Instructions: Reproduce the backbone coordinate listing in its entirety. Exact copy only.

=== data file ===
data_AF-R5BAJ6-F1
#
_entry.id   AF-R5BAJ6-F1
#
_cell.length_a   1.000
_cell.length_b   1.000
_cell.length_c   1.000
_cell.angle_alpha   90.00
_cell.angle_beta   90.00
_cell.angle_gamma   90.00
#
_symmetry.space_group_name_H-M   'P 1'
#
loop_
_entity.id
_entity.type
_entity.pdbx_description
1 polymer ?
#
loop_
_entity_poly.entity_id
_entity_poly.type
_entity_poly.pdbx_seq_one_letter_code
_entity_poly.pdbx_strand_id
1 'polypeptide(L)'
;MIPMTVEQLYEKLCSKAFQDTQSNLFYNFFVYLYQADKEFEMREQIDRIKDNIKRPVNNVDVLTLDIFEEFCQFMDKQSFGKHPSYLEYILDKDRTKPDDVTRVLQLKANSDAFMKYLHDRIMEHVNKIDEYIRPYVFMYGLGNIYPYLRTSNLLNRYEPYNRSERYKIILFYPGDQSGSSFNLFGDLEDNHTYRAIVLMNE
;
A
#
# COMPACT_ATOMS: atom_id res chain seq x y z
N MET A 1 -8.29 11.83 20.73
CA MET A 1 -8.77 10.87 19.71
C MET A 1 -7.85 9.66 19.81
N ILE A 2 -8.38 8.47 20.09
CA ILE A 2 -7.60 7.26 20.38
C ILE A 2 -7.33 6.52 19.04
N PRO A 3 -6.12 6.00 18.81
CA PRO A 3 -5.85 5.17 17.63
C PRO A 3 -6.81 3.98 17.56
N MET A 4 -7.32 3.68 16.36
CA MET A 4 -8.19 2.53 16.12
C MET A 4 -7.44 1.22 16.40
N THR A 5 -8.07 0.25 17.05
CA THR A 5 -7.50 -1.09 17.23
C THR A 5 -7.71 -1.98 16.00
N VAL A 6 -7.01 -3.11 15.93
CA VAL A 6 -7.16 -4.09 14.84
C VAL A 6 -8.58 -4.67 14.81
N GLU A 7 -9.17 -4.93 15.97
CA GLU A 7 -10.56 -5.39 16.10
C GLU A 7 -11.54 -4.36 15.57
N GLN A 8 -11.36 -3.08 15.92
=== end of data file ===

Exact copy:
data_AF-R5BAJ6-F1
#
_entry.id   AF-R5BAJ6-F1
#
_cell.length_a   1.000
_cell.length_b   1.000
_cell.length_c   1.000
_cell.angle_alpha   90.00
_cell.angle_beta   90.00
_cell.angle_gamma   90.00
#
_symmetry.space_group_name_H-M   'P 1'
#
loop_
_entity.id
_entity.type
_entity.pdbx_description
1 polymer ?
#
loop_
_entity_poly.entity_id
_entity_poly.type
_entity_poly.pdbx_seq_one_letter_code
_entity_poly.pdbx_strand_id
1 'polypeptide(L)'
;MIPMTVEQLYEKLCSKAFQDTQSNLFYNFFVYLYQADKEFEMREQIDRIKDNIKRPVNNVDVLTLDIFEEFCQFMDKQSFGKHPSYLEYILDKDRTKPDDVTRVLQLKANSDAFMKYLHDRIMEHVNKIDEYIRPYVFMYGLGNIYPYLRTSNLLNRYEPYNRSERYKIILFYPGDQSGSSFNLFGDLEDNHTYRAIVLMNE
;
A
#
# COMPACT_ATOMS: atom_id res chain seq x y z
N MET A 1 -8.29 11.83 20.73
CA MET A 1 -8.77 10.87 19.71
C MET A 1 -7.85 9.66 19.81
N ILE A 2 -8.38 8.47 20.09
CA ILE A 2 -7.60 7.26 20.38
C ILE A 2 -7.33 6.52 19.04
N PRO A 3 -6.12 6.00 18.81
CA PRO A 3 -5.85 5.17 17.63
C PRO A 3 -6.81 3.98 17.56
N MET A 4 -7.32 3.68 16.36
CA MET A 4 -8.19 2.53 16.12
C MET A 4 -7.44 1.22 16.40
N THR A 5 -8.07 0.25 17.05
CA THR A 5 -7.50 -1.09 17.23
C THR A 5 -7.71 -1.98 16.00
N VAL A 6 -7.01 -3.11 15.93
CA VAL A 6 -7.16 -4.09 14.84
C VAL A 6 -8.58 -4.67 14.81
N GLU A 7 -9.17 -4.93 15.97
CA GLU A 7 -10.56 -5.39 16.10
C GLU A 7 -11.54 -4.36 15.57
N GLN A 8 -11.36 -3.08 15.92